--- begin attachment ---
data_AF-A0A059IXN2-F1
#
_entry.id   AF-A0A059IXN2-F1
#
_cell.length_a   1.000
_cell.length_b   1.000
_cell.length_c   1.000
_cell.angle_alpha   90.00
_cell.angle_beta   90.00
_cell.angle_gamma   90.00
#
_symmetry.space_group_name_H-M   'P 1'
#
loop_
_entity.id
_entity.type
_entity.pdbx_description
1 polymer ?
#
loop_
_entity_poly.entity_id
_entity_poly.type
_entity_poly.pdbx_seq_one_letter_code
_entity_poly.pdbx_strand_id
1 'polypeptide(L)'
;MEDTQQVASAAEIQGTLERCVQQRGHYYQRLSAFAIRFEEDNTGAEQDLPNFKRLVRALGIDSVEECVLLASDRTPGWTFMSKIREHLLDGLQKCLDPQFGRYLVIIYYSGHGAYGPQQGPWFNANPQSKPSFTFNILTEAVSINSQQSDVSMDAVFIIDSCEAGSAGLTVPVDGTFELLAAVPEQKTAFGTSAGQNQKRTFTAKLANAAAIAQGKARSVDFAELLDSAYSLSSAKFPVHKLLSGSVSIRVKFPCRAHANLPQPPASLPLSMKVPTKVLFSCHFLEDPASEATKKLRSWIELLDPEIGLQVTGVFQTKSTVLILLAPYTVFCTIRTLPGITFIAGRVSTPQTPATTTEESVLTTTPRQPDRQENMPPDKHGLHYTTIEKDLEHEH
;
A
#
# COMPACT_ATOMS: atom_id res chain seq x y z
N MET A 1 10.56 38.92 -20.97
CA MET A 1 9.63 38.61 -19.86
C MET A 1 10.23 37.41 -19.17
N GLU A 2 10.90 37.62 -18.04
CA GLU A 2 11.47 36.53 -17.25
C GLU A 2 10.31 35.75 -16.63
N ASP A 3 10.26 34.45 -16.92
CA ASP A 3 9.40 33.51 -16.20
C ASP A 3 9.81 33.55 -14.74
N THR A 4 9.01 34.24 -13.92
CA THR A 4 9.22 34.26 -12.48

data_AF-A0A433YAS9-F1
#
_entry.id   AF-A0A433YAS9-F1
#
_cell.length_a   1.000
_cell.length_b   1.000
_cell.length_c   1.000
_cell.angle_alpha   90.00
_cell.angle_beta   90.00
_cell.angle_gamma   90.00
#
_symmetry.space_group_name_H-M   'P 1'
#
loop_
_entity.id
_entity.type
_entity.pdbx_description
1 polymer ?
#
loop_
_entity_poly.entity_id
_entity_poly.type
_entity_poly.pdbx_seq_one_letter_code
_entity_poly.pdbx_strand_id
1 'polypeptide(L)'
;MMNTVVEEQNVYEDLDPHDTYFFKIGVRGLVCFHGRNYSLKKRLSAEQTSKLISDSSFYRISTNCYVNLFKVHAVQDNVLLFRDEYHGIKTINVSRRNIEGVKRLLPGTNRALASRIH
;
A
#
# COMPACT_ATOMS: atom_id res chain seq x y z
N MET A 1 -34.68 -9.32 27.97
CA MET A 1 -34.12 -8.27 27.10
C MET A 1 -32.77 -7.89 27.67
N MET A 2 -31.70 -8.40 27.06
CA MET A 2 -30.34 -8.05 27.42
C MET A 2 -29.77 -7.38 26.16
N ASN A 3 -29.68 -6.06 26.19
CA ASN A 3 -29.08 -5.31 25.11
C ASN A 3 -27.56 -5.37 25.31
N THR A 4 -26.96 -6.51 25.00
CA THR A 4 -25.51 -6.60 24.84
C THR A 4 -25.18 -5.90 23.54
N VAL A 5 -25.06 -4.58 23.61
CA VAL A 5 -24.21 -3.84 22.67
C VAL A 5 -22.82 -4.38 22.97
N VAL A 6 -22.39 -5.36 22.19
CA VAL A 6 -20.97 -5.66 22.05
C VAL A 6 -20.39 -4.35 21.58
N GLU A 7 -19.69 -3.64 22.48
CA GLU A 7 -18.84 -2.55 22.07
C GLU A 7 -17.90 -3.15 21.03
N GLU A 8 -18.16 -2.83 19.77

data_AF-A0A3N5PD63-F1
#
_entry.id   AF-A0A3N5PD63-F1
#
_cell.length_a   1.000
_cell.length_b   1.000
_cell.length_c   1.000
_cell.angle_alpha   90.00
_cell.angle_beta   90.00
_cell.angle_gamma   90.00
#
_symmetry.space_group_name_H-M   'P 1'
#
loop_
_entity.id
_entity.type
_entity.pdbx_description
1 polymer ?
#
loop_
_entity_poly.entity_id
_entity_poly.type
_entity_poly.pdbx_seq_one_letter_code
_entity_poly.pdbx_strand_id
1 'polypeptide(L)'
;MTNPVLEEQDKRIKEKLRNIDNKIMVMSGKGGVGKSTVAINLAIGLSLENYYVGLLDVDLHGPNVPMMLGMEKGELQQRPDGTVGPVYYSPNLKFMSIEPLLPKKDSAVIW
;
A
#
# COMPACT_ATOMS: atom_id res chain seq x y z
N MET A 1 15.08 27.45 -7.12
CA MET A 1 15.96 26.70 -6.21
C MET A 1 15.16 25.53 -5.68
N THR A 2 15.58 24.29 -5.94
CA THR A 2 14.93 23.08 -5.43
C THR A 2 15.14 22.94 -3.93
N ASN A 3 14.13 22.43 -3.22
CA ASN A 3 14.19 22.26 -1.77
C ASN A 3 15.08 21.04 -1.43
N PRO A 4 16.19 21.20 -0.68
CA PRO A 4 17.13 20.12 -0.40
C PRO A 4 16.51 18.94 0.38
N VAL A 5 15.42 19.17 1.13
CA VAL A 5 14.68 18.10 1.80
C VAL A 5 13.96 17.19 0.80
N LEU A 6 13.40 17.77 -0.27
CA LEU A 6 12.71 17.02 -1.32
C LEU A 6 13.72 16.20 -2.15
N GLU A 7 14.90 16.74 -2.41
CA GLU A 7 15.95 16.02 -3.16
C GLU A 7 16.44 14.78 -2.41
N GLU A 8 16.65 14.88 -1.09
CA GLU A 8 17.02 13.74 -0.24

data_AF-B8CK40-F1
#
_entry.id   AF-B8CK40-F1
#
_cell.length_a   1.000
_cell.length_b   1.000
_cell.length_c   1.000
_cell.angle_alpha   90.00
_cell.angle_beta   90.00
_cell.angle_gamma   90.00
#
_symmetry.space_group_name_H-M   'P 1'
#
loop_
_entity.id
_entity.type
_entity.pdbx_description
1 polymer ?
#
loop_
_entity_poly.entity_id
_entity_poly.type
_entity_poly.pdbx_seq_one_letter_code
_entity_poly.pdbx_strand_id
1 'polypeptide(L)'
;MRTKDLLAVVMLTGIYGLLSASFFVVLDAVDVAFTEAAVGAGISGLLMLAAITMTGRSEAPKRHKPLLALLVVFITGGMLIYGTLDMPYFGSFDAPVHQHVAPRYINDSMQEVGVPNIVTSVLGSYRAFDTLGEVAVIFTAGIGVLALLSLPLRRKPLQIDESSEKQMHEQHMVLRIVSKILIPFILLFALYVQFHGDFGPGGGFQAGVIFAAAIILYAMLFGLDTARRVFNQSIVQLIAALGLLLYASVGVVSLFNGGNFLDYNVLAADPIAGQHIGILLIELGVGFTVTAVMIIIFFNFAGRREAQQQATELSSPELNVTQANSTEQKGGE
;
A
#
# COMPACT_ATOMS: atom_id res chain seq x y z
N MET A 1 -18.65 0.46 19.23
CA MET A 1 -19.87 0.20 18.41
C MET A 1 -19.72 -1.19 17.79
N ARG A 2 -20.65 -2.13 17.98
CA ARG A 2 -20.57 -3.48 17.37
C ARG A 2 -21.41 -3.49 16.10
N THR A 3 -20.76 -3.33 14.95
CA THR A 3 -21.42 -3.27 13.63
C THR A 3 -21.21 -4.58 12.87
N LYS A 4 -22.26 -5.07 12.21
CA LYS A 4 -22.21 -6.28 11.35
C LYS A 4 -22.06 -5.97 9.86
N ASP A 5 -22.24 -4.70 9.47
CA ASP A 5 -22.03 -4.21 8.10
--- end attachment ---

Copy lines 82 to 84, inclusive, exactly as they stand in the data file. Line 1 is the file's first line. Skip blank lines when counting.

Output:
CA THR A 4 -25.51 -6.60 24.84
C THR A 4 -25.18 -5.90 23.54
N VAL A 5 -25.06 -4.58 23.61